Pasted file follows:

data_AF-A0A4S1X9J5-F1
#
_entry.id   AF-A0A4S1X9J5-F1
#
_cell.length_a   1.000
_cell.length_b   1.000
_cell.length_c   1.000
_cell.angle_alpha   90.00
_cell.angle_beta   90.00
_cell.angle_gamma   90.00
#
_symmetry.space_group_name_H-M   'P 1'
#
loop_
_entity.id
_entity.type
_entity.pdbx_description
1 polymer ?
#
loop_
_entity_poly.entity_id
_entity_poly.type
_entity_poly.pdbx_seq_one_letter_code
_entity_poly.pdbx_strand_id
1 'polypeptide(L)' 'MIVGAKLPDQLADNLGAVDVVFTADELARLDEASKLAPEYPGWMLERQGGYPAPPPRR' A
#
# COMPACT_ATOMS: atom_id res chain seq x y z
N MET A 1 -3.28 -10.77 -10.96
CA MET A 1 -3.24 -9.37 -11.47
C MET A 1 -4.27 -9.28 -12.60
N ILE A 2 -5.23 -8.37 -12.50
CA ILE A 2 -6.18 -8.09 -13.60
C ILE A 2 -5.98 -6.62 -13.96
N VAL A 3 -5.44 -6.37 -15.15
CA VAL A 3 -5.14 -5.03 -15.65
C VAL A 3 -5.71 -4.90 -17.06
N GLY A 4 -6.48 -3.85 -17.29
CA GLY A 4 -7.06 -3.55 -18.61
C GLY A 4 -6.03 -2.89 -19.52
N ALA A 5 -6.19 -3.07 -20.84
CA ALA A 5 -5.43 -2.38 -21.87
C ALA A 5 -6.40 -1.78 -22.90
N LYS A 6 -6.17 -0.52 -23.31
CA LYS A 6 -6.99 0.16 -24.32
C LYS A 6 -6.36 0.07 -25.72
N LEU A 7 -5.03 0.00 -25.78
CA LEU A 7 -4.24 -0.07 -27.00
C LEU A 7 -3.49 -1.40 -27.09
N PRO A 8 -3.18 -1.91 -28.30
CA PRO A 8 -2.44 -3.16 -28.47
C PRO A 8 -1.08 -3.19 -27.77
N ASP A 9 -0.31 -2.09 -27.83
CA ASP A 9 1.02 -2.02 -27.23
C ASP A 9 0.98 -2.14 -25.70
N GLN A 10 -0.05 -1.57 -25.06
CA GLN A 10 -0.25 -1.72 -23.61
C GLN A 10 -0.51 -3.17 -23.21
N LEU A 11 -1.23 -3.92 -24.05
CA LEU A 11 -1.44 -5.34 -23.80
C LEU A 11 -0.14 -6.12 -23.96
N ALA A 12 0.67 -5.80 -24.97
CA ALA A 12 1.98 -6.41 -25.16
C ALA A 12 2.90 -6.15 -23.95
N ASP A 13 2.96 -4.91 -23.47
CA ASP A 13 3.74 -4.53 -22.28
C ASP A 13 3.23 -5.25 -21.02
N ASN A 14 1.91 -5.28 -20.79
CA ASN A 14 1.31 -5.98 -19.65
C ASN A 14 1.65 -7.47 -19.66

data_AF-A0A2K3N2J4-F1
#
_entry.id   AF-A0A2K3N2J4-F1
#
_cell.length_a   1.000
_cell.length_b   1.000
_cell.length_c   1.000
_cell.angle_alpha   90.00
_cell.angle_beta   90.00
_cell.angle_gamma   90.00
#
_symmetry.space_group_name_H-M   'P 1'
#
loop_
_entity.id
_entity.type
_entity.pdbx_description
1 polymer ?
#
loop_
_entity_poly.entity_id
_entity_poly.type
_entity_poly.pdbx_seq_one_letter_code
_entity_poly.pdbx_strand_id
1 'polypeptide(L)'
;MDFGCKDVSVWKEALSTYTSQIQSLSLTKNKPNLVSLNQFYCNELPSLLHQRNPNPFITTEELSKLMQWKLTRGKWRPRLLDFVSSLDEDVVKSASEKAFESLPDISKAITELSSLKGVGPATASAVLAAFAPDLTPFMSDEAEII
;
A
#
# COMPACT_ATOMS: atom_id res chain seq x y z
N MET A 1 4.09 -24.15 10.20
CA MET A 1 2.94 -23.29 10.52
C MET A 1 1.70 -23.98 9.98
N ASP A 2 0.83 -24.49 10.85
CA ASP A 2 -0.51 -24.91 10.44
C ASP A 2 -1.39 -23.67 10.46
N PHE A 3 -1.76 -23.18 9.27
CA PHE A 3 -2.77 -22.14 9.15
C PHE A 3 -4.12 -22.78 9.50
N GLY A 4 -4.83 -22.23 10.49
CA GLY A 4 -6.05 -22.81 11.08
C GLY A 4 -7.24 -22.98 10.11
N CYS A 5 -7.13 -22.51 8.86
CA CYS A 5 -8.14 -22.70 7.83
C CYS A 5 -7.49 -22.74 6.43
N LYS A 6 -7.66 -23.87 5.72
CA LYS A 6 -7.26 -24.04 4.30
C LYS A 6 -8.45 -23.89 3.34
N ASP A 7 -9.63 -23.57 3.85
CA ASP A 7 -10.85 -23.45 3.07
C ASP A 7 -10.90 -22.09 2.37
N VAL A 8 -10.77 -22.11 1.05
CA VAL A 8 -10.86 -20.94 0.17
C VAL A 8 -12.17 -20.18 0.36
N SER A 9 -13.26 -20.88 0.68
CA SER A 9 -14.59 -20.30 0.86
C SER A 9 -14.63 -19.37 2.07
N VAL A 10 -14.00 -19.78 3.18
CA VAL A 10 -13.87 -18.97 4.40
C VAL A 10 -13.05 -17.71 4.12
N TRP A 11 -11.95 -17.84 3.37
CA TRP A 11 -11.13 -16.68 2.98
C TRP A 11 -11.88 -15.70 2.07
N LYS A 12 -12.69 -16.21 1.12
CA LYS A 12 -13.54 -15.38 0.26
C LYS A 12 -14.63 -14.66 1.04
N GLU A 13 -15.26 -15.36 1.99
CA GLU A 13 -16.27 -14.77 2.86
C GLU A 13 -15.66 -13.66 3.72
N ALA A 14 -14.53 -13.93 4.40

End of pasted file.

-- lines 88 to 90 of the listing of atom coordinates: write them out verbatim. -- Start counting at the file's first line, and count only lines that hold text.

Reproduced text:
#
loop_
_entity_poly.entity_id